Klang Mix 006: Worriedaboutsatan's Truth in Melody

Mixed and Written by Gavin Miller.

Life as a DIY musician can be brutal. I was sifting through some recent music I’d finished up the other day, and I caught myself thinking which labels might be interested in hearing it. “nah, it’s too melodic for them” I said to myself more often than not. It reminded me of an old tweet (or ‘X’? or whatever the fuck) by Josh Eustis from Telefon Tel Aviv:

“are you not making music with melodies because you can't, or are you just fearful of being viewed as cringe?

further, are you using "texture" as a way of putting distance between you and your listeners, or is it serving your work?”

It was the first time I’d ever seen something articulated that I’d long thought about: are you scared of adding in a melody because you fear you won’t be taken seriously? And why is that? Do we all hate melody all of a sudden? Does everything have to sound like a deconstructed mess of ambient washes, or ferocious knife-edge sound design? No, of course not, but I guess maybe it’s nice to be reminded of that from time to time.

It’s funny, you hear something like Autechre’s ‘Slip’, or even Burial’s ‘Archangel’ and you wonder who would put those records out now. Without the context of their b(r)ands, would anyone take a punt on it? It’s ironic that a lot of the crossed-arms-brigade considers ‘serious’ music to be stuff like drugged out Kosmische and humourless computer noise, but if you look a little further back in time, the stalwarts of those scenes would employ the most basic, naive and silly sounding melodies - take a listen back to Slip, or load up some early Aphex stuff (especially that Mike & Rich album), or the first Boards of Canada records. Plaid, Orbital, Stereolab, Tortoise, hell even Squarepusher can pull a real melancholic heart tugger out the bag in amongst all his frenzied amen breaks. James Holden, for all his foggy new-age psychedelia, knows a hook. All Kraftwerk is basically just pure melody, just played through machines. My point is you don’t have to be so freaked out and try and drown yourself in ironic detachment - “ah yes, it’s melodic, but I’m being so hyper-clever about it!”

If you can find it, load up youtube and have a look at Can doing their sort-of hit ‘I Want More’ on BBC’s Top of the Pops in 1976. Can! On fucking Top of the Pops. I mean, if even they can take a break from all the experimental improvisation to whip out a pristine slice of funked-up cocaine disco, you can add a little colour to your mixes, trust me.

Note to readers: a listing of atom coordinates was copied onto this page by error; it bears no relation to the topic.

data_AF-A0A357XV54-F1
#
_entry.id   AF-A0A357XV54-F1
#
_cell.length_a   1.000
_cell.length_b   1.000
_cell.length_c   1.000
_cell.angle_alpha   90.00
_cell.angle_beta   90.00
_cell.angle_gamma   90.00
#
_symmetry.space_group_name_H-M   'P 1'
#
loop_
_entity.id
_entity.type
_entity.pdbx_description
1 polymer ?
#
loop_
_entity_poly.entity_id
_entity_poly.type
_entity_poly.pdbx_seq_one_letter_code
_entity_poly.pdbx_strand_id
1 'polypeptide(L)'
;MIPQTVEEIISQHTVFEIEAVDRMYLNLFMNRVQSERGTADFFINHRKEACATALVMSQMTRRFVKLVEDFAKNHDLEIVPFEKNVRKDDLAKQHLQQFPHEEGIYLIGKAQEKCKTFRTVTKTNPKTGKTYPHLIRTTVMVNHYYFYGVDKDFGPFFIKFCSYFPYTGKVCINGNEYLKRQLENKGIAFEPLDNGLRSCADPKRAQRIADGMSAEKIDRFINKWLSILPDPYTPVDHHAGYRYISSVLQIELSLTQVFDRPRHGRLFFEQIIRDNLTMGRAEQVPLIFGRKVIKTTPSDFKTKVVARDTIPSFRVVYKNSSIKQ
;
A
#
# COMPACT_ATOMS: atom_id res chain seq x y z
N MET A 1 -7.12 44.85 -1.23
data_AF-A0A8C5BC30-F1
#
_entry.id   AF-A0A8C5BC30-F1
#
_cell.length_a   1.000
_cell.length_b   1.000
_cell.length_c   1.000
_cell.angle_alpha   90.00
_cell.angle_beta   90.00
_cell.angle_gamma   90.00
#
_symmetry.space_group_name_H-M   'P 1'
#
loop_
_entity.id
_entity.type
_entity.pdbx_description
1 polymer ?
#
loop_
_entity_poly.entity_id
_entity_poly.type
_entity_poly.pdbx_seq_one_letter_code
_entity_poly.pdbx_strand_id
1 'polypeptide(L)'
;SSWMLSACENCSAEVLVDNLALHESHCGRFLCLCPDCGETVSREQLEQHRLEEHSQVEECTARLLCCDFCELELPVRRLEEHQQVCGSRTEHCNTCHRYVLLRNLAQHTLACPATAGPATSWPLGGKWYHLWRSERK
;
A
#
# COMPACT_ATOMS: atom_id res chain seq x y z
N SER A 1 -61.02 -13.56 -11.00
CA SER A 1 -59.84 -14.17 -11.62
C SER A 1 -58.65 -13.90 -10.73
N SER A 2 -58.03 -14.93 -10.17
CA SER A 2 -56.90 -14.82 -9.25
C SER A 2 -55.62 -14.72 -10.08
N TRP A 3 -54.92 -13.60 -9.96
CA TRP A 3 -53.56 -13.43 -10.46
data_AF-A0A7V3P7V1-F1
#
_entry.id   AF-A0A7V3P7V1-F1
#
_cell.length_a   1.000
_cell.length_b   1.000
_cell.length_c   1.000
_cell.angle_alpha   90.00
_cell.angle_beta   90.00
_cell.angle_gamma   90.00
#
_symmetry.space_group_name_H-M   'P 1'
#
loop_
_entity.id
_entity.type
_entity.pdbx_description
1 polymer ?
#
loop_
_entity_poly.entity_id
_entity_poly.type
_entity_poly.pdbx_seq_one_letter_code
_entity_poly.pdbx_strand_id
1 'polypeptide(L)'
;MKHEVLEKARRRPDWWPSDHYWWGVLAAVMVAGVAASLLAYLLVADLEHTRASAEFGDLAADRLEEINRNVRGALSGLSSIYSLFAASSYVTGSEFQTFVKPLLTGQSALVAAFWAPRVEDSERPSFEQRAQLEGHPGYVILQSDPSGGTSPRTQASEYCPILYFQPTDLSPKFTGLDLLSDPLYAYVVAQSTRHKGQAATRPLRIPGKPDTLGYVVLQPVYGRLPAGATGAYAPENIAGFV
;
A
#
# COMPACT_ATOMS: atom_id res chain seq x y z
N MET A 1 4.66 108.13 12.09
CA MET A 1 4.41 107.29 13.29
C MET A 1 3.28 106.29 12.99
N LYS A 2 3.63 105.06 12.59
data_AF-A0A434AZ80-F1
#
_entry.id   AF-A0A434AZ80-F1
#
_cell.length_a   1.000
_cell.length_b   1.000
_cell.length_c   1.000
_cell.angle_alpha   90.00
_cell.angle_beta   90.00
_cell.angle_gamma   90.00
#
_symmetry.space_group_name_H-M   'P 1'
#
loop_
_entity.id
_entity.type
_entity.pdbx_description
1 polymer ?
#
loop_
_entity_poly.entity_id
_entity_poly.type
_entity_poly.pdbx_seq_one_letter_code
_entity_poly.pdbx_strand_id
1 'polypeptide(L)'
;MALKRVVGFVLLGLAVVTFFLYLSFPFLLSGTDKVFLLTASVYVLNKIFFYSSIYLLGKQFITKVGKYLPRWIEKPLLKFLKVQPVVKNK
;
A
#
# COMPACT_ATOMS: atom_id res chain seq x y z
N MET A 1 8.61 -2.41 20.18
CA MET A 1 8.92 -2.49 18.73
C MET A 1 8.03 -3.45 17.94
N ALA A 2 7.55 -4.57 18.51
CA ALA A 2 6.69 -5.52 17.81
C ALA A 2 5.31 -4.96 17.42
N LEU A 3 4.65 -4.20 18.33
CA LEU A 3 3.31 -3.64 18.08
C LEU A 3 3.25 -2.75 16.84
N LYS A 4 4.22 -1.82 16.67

Post-rock’s a funny one isn’t it? People often try and distance themselves from it now, and in some cases, it’s hard to argue against people calling it cringy. I’ll be the first to admit though, I used to *love* this shit - you give me a band of 5 miserable looking Canadians tremolo picking an A minor triad for 17 minutes, and I was there. I spent countless hours trying to play Explosions in the Sky riffs, turning my delay pedal up to do that wig out thing, and generally taking myself a bit too seriously. But even now, it still undeniably hits that sweet spot - EITS, Mogwai, Sigur Rós, even GY!BE knew their way around a killer bit of melodic action, and there’s nowt wrong with that - it’s at the heart of the whole genre. Again, if even a band like the perennially naval gazing Godspeed/ Silver Mt Zion can cut through mountains of crackly found sound to give you something as perfect as ’13 Angels Standing Guard 'Round the Side of Your Bed’, the fabric of space/ time won’t be altered if you quite fancy tuning your synth once in a while.

Like Josh says in his original tweet: is it serving your work? No-one needs another 6 minutes of aimless textural tape hiss if all you’re gonna do is use it as an excuse to call yourself ‘ambient’ - just cut away that shit and be true to yourself, because if you’re not gonna believe in what you do (whatever it is you do), no-one else will either.


1. Can - I Want More
2. Telefon Tel Aviv - The Birds
3. Autechre - Slip
4. Boards of Canada - Roygbiv
5. Mogwai - Hunted By A Freak
6. Tangerine Dream - Network 23
7. Burial - Archangel
8. James Holden - Common Ground
9. Aphex Twin - Xtal
10. Explosions in the Sky - Day Six
11. Orbital - Halcyon + On + On
12. Sigur Ros - Untitled 3
13. Luke Abbott - Modern Driveway

Gavin Miller is the founder of Worriedaboutsatan, an electronic band that originated in Bradford, West Yorkshire, UK in 2006.